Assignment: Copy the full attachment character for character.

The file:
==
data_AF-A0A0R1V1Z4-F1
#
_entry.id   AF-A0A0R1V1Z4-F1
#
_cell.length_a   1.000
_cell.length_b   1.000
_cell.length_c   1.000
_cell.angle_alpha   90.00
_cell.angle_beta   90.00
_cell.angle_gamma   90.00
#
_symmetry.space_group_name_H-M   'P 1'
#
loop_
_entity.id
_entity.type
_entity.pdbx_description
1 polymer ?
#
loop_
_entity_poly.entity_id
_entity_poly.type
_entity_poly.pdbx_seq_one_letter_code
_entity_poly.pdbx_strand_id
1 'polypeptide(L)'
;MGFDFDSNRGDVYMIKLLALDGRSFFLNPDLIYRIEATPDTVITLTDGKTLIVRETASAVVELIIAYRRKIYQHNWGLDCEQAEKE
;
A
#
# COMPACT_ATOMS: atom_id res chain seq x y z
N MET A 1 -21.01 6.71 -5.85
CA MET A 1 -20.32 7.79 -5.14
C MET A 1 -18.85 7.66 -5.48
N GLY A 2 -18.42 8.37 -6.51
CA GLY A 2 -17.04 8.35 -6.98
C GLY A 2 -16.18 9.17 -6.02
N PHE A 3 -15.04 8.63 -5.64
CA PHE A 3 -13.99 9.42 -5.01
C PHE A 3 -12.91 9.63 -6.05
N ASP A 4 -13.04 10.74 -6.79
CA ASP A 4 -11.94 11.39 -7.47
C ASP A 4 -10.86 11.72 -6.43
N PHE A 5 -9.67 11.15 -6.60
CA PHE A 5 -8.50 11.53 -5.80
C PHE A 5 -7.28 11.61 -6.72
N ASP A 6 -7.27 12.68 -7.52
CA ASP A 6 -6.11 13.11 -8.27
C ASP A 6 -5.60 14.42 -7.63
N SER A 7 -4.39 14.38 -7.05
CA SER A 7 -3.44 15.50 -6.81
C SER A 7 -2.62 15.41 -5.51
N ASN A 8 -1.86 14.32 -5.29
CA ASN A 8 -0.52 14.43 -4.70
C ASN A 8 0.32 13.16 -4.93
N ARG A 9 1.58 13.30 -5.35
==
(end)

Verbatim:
data_AF-A0A0R1V1Z4-F1
#
_entry.id   AF-A0A0R1V1Z4-F1
#
_cell.length_a   1.000
_cell.length_b   1.000
_cell.length_c   1.000
_cell.angle_alpha   90.00
_cell.angle_beta   90.00
_cell.angle_gamma   90.00
#
_symmetry.space_group_name_H-M   'P 1'
#
loop_
_entity.id
_entity.type
_entity.pdbx_description
1 polymer ?
#
loop_
_entity_poly.entity_id
_entity_poly.type
_entity_poly.pdbx_seq_one_letter_code
_entity_poly.pdbx_strand_id
1 'polypeptide(L)'
;MGFDFDSNRGDVYMIKLLALDGRSFFLNPDLIYRIEATPDTVITLTDGKTLIVRETASAVVELIIAYRRKIYQHNWGLDCEQAEKE
;
A
#
# COMPACT_ATOMS: atom_id res chain seq x y z
N MET A 1 -21.01 6.71 -5.85
CA MET A 1 -20.32 7.79 -5.14
C MET A 1 -18.85 7.66 -5.48
N GLY A 2 -18.42 8.37 -6.51
CA GLY A 2 -17.04 8.35 -6.98
C GLY A 2 -16.18 9.17 -6.02
N PHE A 3 -15.04 8.63 -5.64
CA PHE A 3 -13.99 9.42 -5.01
C PHE A 3 -12.91 9.63 -6.05
N ASP A 4 -13.04 10.74 -6.79
CA ASP A 4 -11.94 11.39 -7.47
C ASP A 4 -10.86 11.72 -6.43
N PHE A 5 -9.67 11.15 -6.60
CA PHE A 5 -8.50 11.53 -5.80
C PHE A 5 -7.28 11.61 -6.72
N ASP A 6 -7.27 12.68 -7.52
CA ASP A 6 -6.11 13.11 -8.27
C ASP A 6 -5.60 14.42 -7.63
N SER A 7 -4.39 14.38 -7.05
CA SER A 7 -3.44 15.50 -6.81
C SER A 7 -2.62 15.41 -5.51
N ASN A 8 -1.86 14.32 -5.29
CA ASN A 8 -0.52 14.43 -4.70
C ASN A 8 0.32 13.16 -4.93
N ARG A 9 1.58 13.30 -5.35